Barbara Wagner had recurrent lung cancer and Randy Stroup had prostate cancer. Both were on Medicaid, the state's health insurance plan for the poor that, like some NHS services, is rationed. The state denied both treatment, but told them it would pay for their assisted suicide. "It dropped my chin to the floor," Stroup told the media. "[How could they] not pay for medication that would help my life, and yet offer to pay to end my life?" (Wagner eventually received free medication from the drug manufacturer. She has since died. The denial of chemotherapy to Stroup was reversed on appeal after his story hit the media.)Here in Canada, the euthanasia bill had been introduced twice before - in 2005 and 2008. Both those times it died on the order paper when an election was called. This time however it could be different. While the proposed euthanasia bill hasn't been introduced yet, it's author, a BQ MP Francine Lalonde is #11 in line for the Order of Precedence. Therefore the proposed bill could move from the notice paper and to the second reading within months if not within weeks. And then we can only hope there are enough opposition MPs siding with the Conservatives to vote it down.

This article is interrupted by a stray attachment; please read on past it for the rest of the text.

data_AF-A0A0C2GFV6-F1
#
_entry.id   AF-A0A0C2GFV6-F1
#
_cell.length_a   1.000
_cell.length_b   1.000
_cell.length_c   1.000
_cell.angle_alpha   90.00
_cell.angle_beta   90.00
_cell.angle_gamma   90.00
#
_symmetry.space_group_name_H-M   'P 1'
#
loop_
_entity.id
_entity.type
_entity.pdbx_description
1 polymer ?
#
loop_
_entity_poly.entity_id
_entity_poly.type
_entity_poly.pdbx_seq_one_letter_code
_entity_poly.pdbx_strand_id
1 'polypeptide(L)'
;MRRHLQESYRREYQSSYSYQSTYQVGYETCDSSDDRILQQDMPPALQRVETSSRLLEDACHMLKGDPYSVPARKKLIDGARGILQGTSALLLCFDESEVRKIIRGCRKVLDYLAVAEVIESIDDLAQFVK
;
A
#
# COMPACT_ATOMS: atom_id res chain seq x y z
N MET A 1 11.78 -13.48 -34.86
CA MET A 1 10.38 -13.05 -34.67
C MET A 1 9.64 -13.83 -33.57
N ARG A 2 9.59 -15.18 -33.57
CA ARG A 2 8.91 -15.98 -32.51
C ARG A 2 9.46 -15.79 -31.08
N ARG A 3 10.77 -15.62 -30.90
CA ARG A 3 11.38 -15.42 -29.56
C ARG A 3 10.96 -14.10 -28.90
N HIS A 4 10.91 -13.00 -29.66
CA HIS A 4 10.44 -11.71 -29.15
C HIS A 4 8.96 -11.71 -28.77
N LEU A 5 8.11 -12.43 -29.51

Friday, February 27, 2009
Looks like in some states, what began as a "right to die" has evolved into a "duty to die". Of course, the initiatives to legalize assisted suicide for the terminally ill have been around for decades. But with the upcoming massive retirement of the "baby boomer" generation which would drive up the costs of health care and social assistance as well as with new trend in the environmentalist movement when depopulation (starting from the developed countries) is regarded as a way to "save the planet", the threat of euthanasia becoming not just legal but also - compulsory, is becoming real.